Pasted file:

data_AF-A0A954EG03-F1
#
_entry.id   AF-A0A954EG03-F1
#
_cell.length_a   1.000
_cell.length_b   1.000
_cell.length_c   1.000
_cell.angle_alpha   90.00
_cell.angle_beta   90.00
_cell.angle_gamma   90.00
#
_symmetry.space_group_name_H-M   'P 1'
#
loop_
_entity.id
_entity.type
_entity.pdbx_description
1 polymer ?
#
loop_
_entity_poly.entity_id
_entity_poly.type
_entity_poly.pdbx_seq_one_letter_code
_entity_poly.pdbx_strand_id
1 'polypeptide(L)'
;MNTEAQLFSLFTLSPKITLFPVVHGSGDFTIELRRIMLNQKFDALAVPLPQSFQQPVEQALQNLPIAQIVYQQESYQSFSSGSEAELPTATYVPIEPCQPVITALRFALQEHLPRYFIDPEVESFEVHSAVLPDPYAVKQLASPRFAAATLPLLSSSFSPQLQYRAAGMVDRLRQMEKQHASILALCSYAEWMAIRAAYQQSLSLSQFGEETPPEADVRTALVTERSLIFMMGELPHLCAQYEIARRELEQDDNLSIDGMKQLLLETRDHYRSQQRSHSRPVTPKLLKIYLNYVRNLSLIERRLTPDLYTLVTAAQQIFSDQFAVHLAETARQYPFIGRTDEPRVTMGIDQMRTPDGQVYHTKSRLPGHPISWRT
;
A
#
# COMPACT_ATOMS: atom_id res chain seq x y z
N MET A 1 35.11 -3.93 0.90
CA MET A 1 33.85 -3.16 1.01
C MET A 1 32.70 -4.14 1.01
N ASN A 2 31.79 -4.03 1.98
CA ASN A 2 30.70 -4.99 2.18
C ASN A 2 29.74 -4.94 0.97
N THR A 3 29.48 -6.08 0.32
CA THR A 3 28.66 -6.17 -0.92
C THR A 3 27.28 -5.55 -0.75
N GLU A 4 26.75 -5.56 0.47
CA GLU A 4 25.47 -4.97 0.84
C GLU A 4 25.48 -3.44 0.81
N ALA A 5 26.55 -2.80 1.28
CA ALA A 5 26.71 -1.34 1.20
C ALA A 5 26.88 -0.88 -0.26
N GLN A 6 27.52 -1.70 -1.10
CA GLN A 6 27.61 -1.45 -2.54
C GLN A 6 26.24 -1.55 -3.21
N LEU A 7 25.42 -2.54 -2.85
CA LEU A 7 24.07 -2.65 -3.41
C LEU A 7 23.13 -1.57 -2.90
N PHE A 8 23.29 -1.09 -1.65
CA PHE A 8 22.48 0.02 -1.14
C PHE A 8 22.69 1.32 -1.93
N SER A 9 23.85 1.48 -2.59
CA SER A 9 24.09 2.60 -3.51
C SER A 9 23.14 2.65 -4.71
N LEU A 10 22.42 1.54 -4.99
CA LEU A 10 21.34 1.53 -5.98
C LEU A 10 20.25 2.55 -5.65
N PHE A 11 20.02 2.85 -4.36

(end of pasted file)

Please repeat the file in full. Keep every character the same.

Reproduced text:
data_AF-A0A954EG03-F1
#
_entry.id   AF-A0A954EG03-F1
#
_cell.length_a   1.000
_cell.length_b   1.000
_cell.length_c   1.000
_cell.angle_alpha   90.00
_cell.angle_beta   90.00
_cell.angle_gamma   90.00
#
_symmetry.space_group_name_H-M   'P 1'
#
loop_
_entity.id
_entity.type
_entity.pdbx_description
1 polymer ?
#
loop_
_entity_poly.entity_id
_entity_poly.type
_entity_poly.pdbx_seq_one_letter_code
_entity_poly.pdbx_strand_id
1 'polypeptide(L)'
;MNTEAQLFSLFTLSPKITLFPVVHGSGDFTIELRRIMLNQKFDALAVPLPQSFQQPVEQALQNLPIAQIVYQQESYQSFSSGSEAELPTATYVPIEPCQPVITALRFALQEHLPRYFIDPEVESFEVHSAVLPDPYAVKQLASPRFAAATLPLLSSSFSPQLQYRAAGMVDRLRQMEKQHASILALCSYAEWMAIRAAYQQSLSLSQFGEETPPEADVRTALVTERSLIFMMGELPHLCAQYEIARRELEQDDNLSIDGMKQLLLETRDHYRSQQRSHSRPVTPKLLKIYLNYVRNLSLIERRLTPDLYTLVTAAQQIFSDQFAVHLAETARQYPFIGRTDEPRVTMGIDQMRTPDGQVYHTKSRLPGHPISWRT
;
A
#
# COMPACT_ATOMS: atom_id res chain seq x y z
N MET A 1 35.11 -3.93 0.90
CA MET A 1 33.85 -3.16 1.01
C MET A 1 32.70 -4.14 1.01
N ASN A 2 31.79 -4.03 1.98
CA ASN A 2 30.70 -4.99 2.18
C ASN A 2 29.74 -4.94 0.97
N THR A 3 29.48 -6.08 0.32
CA THR A 3 28.66 -6.17 -0.92
C THR A 3 27.28 -5.55 -0.75
N GLU A 4 26.75 -5.56 0.47
CA GLU A 4 25.47 -4.97 0.84
C GLU A 4 25.48 -3.44 0.81
N ALA A 5 26.55 -2.80 1.28
CA ALA A 5 26.71 -1.34 1.20
C ALA A 5 26.88 -0.88 -0.26
N GLN A 6 27.52 -1.70 -1.10
CA GLN A 6 27.61 -1.45 -2.54
C GLN A 6 26.24 -1.55 -3.21
N LEU A 7 25.42 -2.54 -2.85
CA LEU A 7 24.07 -2.65 -3.41
C LEU A 7 23.13 -1.57 -2.90
N PHE A 8 23.29 -1.09 -1.65
CA PHE A 8 22.48 0.02 -1.14
C PHE A 8 22.69 1.32 -1.93
N SER A 9 23.85 1.48 -2.59
CA SER A 9 24.09 2.60 -3.51
C SER A 9 23.14 2.65 -4.71
N LEU A 10 22.42 1.54 -4.99
CA LEU A 10 21.34 1.53 -5.98
C LEU A 10 20.25 2.55 -5.65
N PHE A 11 20.02 2.85 -4.36